June 5, 2014
For most people going to a show means buying tickets ( or getting a ticket as a present which is even better), getting the glad rags on, making your way to the venue , being shown to your seats and basically to just sit back relax and enjoy the show. Before I started touring I would have done the exact same thing, but now when I go to a show I always sit and think about what is going on all around me… how long must it have taken to set up everything? the stage, lighting, microphones, sound checks, backstage area, the costumes, or wonder if there is some sort of wardrobe malfunction going on back stage that someone is trying to fix before the next number. This week I caught up with our wardrobe supervisor Mary Sheehan to find out what really goes on behind the scenes and what it takes to put on such wonderful show night after night.
Describe your typical show day?
Depending on the show time that evening Nicola and myself would normal arrive at the venue, whether it be from a hotel or off a sleeper bus, between 8.30 and 9.30 on a load in morning. The most important thing for us on a load in morning is to get our washing machines and dryers plumed in and powered up as soon as possible. Once we set up our three boards and created an area for ironing and steaming it is time for me to greet our local maintained staff. Every load in we get three local crew who will iron and steam all of the costumes contained in our quick-change cases. They will work for approximately five hours with one returning in the evening to dress on the show.
Once the local crews have started I will hand their supervision over to Nicola, who also helps out with anything costume related and I will go to the washing machines and sort the Laundry into baskets.
By the time we reach 1.30/1.45 we aim to have everything in the cases finished and after checking with me our stage manager Dennis will arrive with local stage hands to move the cases to the pre chosen quick change area, usually and hopefully directly behind the stage. I will direct the cases into position and if myself and Dennis are happen with the configuration which I aim to always have the same, then we proceed to add chairs, the mirrors we travel with as well as hang tidies and shoe caddies.
Every item of costume must be in place before the cast arrive around 4.30 as well as mesh bags and towels. I am quite particular about the way I like things ordered and hung.
Repairs and alteration go on thought the day and once everything is in place Nicola will chick the hang tidies on both QC to make sure our spare items are toped up. When the cast arrives myself and Nicola are available should there be any issues.
At 5.30 the dresser will arrive. Once the dresser is settled myself and Nicola will take the opportunity, while the cast are on stage for rotations, to have some dinner after which we will make the final preparations for the show. If we are loading out the show that night we will then begin to pack away all of our equipment including Irons, boards and the sewing machine. Some smaller equipment is left out for the majority of the show but overall much of our load out is complete before the opening number.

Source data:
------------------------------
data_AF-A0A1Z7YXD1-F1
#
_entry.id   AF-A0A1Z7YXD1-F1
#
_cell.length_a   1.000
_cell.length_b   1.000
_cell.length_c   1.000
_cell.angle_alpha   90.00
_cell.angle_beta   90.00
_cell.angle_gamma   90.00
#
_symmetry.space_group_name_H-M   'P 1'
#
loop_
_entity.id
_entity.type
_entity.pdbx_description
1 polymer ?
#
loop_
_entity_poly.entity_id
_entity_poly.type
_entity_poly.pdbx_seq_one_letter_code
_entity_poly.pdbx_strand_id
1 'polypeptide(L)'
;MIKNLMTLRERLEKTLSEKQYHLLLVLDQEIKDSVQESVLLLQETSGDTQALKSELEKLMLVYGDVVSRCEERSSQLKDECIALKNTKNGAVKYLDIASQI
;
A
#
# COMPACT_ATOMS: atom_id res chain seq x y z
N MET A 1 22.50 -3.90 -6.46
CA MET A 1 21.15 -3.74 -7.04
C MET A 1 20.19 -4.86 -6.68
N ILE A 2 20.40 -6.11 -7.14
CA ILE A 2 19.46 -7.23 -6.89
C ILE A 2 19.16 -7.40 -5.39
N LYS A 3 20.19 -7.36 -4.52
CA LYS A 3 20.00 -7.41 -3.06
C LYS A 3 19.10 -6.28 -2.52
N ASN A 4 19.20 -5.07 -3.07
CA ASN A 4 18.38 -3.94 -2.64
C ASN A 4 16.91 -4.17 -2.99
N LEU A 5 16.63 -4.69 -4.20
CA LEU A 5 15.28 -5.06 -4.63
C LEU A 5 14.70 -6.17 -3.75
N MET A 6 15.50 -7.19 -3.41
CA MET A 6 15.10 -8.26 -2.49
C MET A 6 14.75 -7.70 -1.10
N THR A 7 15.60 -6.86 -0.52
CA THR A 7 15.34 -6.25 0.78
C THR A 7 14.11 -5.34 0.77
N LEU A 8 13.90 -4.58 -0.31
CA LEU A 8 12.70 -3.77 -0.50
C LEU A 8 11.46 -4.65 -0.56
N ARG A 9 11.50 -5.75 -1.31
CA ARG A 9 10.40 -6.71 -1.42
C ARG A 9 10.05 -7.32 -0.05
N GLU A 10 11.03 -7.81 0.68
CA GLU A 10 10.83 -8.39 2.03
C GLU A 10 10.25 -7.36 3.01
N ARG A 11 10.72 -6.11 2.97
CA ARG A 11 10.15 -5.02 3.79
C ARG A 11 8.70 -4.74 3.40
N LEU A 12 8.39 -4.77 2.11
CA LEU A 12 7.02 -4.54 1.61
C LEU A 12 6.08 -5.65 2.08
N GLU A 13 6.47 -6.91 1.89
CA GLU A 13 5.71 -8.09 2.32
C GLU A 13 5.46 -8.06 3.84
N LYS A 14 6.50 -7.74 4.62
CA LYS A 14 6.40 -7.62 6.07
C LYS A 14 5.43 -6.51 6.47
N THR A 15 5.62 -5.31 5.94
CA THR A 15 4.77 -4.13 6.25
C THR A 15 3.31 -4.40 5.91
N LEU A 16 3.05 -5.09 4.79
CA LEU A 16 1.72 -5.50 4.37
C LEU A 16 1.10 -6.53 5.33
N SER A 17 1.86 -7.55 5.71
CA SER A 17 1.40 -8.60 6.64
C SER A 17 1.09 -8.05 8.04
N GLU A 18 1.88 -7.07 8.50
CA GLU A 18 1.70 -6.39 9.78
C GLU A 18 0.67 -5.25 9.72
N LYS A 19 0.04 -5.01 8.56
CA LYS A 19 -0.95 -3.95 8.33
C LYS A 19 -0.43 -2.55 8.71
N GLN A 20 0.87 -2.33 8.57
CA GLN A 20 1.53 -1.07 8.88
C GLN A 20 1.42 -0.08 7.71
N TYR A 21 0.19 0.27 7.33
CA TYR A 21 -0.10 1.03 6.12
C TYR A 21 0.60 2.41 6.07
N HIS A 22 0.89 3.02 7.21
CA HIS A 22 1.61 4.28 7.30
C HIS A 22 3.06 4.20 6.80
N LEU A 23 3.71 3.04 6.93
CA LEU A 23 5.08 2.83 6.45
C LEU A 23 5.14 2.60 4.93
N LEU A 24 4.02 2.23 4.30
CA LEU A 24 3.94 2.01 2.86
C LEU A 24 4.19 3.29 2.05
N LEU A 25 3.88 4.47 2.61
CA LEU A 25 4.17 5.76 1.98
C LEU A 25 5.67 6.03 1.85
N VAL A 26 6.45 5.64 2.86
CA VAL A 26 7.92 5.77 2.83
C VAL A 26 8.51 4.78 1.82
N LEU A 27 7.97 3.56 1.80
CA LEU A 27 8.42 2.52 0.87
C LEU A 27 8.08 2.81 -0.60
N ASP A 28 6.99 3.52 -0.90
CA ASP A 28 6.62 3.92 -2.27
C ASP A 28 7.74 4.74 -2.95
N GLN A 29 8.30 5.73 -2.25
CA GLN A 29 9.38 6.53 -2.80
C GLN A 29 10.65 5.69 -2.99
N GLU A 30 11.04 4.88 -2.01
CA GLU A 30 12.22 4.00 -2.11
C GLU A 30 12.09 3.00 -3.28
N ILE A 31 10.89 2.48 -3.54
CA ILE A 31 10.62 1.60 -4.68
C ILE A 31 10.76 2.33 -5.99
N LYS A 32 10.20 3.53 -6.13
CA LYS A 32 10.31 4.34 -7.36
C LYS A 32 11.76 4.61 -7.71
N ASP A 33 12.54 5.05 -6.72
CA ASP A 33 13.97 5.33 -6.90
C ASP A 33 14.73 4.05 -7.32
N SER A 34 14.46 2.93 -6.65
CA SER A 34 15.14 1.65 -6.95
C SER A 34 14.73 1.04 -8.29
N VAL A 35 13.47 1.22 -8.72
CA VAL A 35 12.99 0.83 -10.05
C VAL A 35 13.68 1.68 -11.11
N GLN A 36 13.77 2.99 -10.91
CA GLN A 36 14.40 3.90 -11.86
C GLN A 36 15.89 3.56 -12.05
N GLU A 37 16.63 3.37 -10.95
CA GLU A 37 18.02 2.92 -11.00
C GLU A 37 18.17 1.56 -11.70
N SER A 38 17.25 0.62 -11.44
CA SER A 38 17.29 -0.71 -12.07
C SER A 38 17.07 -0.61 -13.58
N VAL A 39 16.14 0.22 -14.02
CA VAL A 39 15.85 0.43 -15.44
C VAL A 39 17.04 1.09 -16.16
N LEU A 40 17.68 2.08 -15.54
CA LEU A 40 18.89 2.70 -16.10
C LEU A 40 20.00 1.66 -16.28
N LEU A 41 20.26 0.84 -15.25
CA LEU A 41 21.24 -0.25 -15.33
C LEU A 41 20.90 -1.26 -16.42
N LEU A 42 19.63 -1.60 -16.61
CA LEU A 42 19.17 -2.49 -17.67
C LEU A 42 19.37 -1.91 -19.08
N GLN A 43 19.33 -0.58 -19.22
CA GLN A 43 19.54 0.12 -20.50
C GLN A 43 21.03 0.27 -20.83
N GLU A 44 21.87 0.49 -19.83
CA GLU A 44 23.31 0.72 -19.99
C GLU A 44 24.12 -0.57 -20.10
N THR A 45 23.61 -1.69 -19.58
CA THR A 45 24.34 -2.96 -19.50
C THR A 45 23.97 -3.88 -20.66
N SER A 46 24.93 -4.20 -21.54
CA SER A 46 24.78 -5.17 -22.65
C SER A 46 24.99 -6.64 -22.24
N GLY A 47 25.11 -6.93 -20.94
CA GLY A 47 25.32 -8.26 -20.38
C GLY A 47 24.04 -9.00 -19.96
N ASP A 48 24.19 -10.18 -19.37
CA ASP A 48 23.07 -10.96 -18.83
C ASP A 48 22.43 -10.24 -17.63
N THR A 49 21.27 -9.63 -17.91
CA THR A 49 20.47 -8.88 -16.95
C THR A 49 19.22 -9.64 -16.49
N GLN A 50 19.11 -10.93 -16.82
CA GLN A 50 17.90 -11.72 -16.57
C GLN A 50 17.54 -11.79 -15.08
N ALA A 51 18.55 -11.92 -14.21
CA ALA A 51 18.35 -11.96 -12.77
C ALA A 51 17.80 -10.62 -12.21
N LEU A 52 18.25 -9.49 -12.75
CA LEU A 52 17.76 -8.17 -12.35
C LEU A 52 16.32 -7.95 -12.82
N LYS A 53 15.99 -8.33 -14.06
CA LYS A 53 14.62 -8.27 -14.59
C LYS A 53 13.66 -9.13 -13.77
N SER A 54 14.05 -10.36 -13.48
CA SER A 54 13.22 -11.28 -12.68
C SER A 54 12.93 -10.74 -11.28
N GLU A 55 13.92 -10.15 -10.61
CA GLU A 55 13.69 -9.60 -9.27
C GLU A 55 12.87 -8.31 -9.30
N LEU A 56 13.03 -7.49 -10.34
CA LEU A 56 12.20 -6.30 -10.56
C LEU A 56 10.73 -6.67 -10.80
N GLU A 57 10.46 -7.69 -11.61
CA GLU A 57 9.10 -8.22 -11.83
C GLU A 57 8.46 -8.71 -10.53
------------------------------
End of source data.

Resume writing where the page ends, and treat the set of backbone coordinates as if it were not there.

During the show, while Nicola is dressing, I will be watching over our dresser, packing away the last bits of equipment, attending to any requests from the quick change and doing any further repairs needed.
On a load out night I will also be collecting shirts for laundry as they go into the basket in the quick change and transfer them to our laundry bags. Just before Heartland on a load out night I will have packed away the mirror, hang tidy and shoe caddy into the cases in the boys QC and Nicola will have done the same in the girls. Once the show is finished and everyone has left the QC all three of us will move as fast as possible to close all the cases as they are the first thing to go on the first truck. We will then move to collect all of the laundry from the dressing rooms and load everything on to the truck.
What is your favourite costume?
I have special place for the female troupe Reel around the Sun dresses. They have all the elements that make up a good dance costume. The stretch velvet looks good on everyone, they are uniform but the also hold the most unique power of any of the costumes. They are contextually spot on and they are perfectly placed to open the show with the emerging light making the gold threading grow in sparkle on the green back ground.
Some fun facts about the laundry department
Guess how many wardrobe cases we travel with?…..We travel with a whopping 17 wardrobe cases.
Everyday approximately 18 loads of laundry are done and almost everything is washed on a low temperature cold wash. Wardrobe use 12-15 litres of washing detergent every week
So far on this tour we have gone through almost 40 extra pairs tight, about 35 pairs of black socks, 15 white t –shirts, approximately 25 pairs of laces, 12 insoles, 5 big boxes of hair clips, numerous cans of hairspray and too many bottles of vodka to mention…(It is sprayed onto the costumes!)
Approximately every 8 shows we send something in the region of 70 items of costume to dry cleaning.
The whole process of load out for wardrobe on a good night can be as quick as 18 minutes…the fastest load out Mary has ever done was 15 minutes on last years china tour.
So there you have it! Everything you need to know about our wardrobe department!
Spartan 300 Challenge
Catching up with the crew…Production Stage Manager